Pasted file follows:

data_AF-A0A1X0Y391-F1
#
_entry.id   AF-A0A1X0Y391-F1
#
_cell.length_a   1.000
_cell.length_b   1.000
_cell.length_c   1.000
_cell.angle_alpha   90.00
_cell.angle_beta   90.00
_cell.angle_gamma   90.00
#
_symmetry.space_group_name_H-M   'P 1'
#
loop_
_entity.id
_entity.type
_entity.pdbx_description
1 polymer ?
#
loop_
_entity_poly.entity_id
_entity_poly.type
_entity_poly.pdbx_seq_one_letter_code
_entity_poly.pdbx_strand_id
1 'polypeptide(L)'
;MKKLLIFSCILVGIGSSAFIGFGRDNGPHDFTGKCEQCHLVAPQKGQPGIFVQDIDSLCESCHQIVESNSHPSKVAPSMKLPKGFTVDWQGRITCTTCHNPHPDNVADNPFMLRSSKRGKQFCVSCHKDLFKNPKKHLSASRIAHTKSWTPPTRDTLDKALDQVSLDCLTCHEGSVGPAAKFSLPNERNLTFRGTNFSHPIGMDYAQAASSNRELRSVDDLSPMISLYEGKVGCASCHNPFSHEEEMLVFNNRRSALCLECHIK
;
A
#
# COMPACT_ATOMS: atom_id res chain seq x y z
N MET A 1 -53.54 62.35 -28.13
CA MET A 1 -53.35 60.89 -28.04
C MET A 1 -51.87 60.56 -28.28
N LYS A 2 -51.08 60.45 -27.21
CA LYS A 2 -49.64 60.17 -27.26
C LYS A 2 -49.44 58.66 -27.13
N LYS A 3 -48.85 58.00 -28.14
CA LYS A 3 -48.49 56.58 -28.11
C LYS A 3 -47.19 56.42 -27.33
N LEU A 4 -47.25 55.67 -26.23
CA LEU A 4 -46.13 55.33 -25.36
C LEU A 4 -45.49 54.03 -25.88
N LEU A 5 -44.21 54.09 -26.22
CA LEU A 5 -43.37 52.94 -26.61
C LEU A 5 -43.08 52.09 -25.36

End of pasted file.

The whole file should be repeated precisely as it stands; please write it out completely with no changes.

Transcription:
data_AF-A0A1X0Y391-F1
#
_entry.id   AF-A0A1X0Y391-F1
#
_cell.length_a   1.000
_cell.length_b   1.000
_cell.length_c   1.000
_cell.angle_alpha   90.00
_cell.angle_beta   90.00
_cell.angle_gamma   90.00
#
_symmetry.space_group_name_H-M   'P 1'
#
loop_
_entity.id
_entity.type
_entity.pdbx_description
1 polymer ?
#
loop_
_entity_poly.entity_id
_entity_poly.type
_entity_poly.pdbx_seq_one_letter_code
_entity_poly.pdbx_strand_id
1 'polypeptide(L)'
;MKKLLIFSCILVGIGSSAFIGFGRDNGPHDFTGKCEQCHLVAPQKGQPGIFVQDIDSLCESCHQIVESNSHPSKVAPSMKLPKGFTVDWQGRITCTTCHNPHPDNVADNPFMLRSSKRGKQFCVSCHKDLFKNPKKHLSASRIAHTKSWTPPTRDTLDKALDQVSLDCLTCHEGSVGPAAKFSLPNERNLTFRGTNFSHPIGMDYAQAASSNRELRSVDDLSPMISLYEGKVGCASCHNPFSHEEEMLVFNNRRSALCLECHIK
;
A
#
# COMPACT_ATOMS: atom_id res chain seq x y z
N MET A 1 -53.54 62.35 -28.13
CA MET A 1 -53.35 60.89 -28.04
C MET A 1 -51.87 60.56 -28.28
N LYS A 2 -51.08 60.45 -27.21
CA LYS A 2 -49.64 60.17 -27.26
C LYS A 2 -49.44 58.66 -27.13
N LYS A 3 -48.85 58.00 -28.14
CA LYS A 3 -48.49 56.58 -28.11
C LYS A 3 -47.19 56.42 -27.33
N LEU A 4 -47.25 55.67 -26.23
CA LEU A 4 -46.13 55.33 -25.36
C LEU A 4 -45.49 54.03 -25.88
N LEU A 5 -44.21 54.09 -26.22
CA LEU A 5 -43.37 52.94 -26.61
C LEU A 5 -43.08 52.09 -25.36